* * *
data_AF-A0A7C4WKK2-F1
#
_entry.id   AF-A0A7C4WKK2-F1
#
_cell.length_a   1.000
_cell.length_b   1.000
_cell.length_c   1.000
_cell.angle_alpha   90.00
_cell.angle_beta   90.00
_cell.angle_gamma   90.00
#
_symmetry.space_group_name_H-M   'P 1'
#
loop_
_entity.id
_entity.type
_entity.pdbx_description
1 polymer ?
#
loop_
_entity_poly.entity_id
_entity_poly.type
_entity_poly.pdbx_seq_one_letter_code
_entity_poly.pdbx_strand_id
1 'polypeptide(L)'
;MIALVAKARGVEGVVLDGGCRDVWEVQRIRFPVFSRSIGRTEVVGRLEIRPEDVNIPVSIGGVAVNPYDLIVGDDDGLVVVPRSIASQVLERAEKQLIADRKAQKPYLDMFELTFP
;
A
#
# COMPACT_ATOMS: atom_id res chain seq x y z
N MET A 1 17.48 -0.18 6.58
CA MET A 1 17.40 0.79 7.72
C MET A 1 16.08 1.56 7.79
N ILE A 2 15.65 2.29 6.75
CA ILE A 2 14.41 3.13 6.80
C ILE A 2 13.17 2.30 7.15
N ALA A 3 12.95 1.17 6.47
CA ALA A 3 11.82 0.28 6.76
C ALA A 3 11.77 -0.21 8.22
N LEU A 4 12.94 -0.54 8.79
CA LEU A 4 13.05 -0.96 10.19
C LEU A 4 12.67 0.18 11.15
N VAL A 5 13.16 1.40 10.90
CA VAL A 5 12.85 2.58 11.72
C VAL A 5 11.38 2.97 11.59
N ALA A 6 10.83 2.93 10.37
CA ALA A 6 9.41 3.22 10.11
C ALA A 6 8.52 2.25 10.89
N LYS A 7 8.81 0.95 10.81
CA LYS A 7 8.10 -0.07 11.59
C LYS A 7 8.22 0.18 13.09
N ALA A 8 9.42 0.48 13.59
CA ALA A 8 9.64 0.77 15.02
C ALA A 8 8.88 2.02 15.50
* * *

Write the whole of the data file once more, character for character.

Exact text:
data_AF-A0A7C4WKK2-F1
#
_entry.id   AF-A0A7C4WKK2-F1
#
_cell.length_a   1.000
_cell.length_b   1.000
_cell.length_c   1.000
_cell.angle_alpha   90.00
_cell.angle_beta   90.00
_cell.angle_gamma   90.00
#
_symmetry.space_group_name_H-M   'P 1'
#
loop_
_entity.id
_entity.type
_entity.pdbx_description
1 polymer ?
#
loop_
_entity_poly.entity_id
_entity_poly.type
_entity_poly.pdbx_seq_one_letter_code
_entity_poly.pdbx_strand_id
1 'polypeptide(L)'
;MIALVAKARGVEGVVLDGGCRDVWEVQRIRFPVFSRSIGRTEVVGRLEIRPEDVNIPVSIGGVAVNPYDLIVGDDDGLVVVPRSIASQVLERAEKQLIADRKAQKPYLDMFELTFP
;
A
#
# COMPACT_ATOMS: atom_id res chain seq x y z
N MET A 1 17.48 -0.18 6.58
CA MET A 1 17.40 0.79 7.72
C MET A 1 16.08 1.56 7.79
N ILE A 2 15.65 2.29 6.75
CA ILE A 2 14.41 3.13 6.80
C ILE A 2 13.17 2.30 7.15
N ALA A 3 12.95 1.17 6.47
CA ALA A 3 11.82 0.28 6.76
C ALA A 3 11.77 -0.21 8.22
N LEU A 4 12.94 -0.54 8.79
CA LEU A 4 13.05 -0.96 10.19
C LEU A 4 12.67 0.18 11.15
N VAL A 5 13.16 1.40 10.90
CA VAL A 5 12.85 2.58 11.72
C VAL A 5 11.38 2.97 11.59
N ALA A 6 10.83 2.93 10.37
CA ALA A 6 9.41 3.22 10.11
C ALA A 6 8.52 2.25 10.89
N LYS A 7 8.81 0.95 10.81
CA LYS A 7 8.10 -0.07 11.59
C LYS A 7 8.22 0.18 13.09
N ALA A 8 9.42 0.48 13.59
CA ALA A 8 9.64 0.77 15.02
C ALA A 8 8.88 2.02 15.50